Wednesday, April 6, 2011

Joy School - France

I have been meaning and meaning to do this country in our World Cultures unit for years. This year I finally did it! And I ended up coming up with more things than we were going to have time for, so I edited my lesson plan as we went and chose to do only my favourite activities.

Lesson Time:

We started out our lesson by pretending to be in airplanes and fly across the ocean. Then with the globe, I showed them how far we flew from our home in Canada, to the country of France. I took out small French flags, which they all pasted into their 'passports' that we had made at the start of our unit. Then we talked about the significance of the flag's colours. The blue was to represent the common people, and since that was the most important part of the country, it came first. The white is to represent the Catholic Clergy, which bridges the gap between the blue and the red. The red is to represent the nobility, and since the revolution they have been considered the least important part of the country, so they come last. Blue, white and red were also the colours worn by the people as they stormed the Bastille, (which is the event that marks the start of the revolution).

We learned a few quick facts about the country: they have a very high education level, they have the highest life expectancy in the world, their health care system is rated #1 by the WHO, and it is the most visited country in the world.

Then, because I thought the kids would find this part interesting, we talked a little bit about fairy tales and how some of the most loved stories have come from France. Some examples are: Sleeping Beauty, Cinderella, Puss in Boots, Goldilocks, Little Red Riding Hood, and Beauty and the Beast. Neat, eh?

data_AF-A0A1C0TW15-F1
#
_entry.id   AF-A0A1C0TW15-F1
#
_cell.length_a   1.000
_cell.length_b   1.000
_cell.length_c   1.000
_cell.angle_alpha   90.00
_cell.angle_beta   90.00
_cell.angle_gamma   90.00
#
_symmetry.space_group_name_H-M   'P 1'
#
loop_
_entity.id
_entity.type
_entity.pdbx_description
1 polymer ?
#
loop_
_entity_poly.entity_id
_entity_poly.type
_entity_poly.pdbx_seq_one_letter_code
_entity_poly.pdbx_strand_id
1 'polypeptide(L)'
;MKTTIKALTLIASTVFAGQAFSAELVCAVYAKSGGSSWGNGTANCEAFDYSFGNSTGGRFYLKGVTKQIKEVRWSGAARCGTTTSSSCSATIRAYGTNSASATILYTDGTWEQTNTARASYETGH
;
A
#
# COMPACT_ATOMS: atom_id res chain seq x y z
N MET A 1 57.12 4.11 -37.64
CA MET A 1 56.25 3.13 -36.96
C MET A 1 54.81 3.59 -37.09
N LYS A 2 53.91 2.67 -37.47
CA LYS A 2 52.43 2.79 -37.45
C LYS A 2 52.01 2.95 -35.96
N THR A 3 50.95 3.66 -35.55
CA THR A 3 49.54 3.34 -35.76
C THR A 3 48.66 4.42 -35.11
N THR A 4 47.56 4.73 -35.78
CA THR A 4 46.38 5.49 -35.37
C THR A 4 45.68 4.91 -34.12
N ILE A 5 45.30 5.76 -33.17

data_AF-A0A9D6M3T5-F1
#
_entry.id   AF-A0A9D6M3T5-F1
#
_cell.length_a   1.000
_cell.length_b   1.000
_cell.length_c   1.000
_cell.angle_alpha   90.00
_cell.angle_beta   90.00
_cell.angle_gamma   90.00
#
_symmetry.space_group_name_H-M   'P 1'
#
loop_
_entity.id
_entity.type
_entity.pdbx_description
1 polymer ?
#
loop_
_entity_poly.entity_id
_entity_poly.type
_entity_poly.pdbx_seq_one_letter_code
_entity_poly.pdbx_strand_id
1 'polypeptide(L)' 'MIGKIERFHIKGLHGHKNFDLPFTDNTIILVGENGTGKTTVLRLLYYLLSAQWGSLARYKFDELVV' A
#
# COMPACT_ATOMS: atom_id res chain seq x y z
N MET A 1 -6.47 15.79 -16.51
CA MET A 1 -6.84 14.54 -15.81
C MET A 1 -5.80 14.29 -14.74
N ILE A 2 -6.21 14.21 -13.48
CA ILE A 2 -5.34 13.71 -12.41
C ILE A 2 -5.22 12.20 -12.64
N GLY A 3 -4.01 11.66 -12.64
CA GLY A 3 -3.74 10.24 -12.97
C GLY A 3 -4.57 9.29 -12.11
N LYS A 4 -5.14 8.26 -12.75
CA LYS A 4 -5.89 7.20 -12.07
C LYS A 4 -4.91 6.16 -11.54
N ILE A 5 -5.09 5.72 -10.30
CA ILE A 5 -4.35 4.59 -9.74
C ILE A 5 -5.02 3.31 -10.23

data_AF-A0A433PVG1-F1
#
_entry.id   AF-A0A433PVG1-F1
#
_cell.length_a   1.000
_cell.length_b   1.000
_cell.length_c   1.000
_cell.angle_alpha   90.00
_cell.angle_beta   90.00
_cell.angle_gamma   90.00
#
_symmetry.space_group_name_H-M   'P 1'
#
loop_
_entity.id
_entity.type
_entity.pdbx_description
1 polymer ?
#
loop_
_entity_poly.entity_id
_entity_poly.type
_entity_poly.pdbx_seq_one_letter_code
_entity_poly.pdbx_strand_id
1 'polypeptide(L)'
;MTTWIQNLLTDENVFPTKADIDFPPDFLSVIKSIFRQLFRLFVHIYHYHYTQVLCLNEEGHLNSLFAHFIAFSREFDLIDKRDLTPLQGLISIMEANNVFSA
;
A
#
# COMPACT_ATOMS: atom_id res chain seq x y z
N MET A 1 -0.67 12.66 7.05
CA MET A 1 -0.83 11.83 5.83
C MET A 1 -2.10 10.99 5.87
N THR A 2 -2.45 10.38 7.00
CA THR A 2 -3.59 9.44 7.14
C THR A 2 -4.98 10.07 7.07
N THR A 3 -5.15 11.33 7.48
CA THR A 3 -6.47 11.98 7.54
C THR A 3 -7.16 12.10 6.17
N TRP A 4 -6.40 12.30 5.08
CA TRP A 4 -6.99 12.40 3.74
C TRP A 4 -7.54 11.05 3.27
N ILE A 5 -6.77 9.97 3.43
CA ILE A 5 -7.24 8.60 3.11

I found this printable map of Europe and France. On one side of the page is the country of France all alone, and on the other side it had it in context of the continent. I had the kids choose one crayon and first colour France all on its own. Then I had them look at the European map, and see if they could find France. When they found it, they coloured it in to match the other.

We also talked about the most famous French warrior, Joan of Arc, Ballet, and about the last King and Queen of France.

I had also prepared a bit of English to French translation for common phrases that I thought would be fun that we could use throughout the day, such as 'please,' 'thank-you,' 'hello,' 'good-bye' etc. But by this point, I was losing them and we needed to move on. So we missed this, and a bit of weather in France and how we could say 'It is sunny, ' or 'it is snowing, ' etc.

Craft Time:

Okay, I'll admit that this was a little crazy to have done, but I was glad we did. For our craft we did paper mache.

Each child was given a balloon and a stack of paper strips with a little container of glue made from flour and water and we went to work. Some of the kids didn't want to get their hands all gooey, so they would put the paper into the glue and have their mom's pull it out and smooth it over the balloon. Others though, were totally into it and plunged right in!

Snack Time:

One of the reasons I was so excited to do France as my unit was because I couldn't wait to do the food. France has some amazing food! I kept it pretty basic though so that the kids would all eat what I served...I didn't think escargot or frog legs would go over very well!

Before I served their food, I talked about how France was famous all over the world for their food, and what kinds of things the people there ate.

I served croissants, French bread with butter, grapes, brie, Camembert, and a little goblet of grape juice to drink. Not everyone liked the cheeses, but everything else quickly disappeared.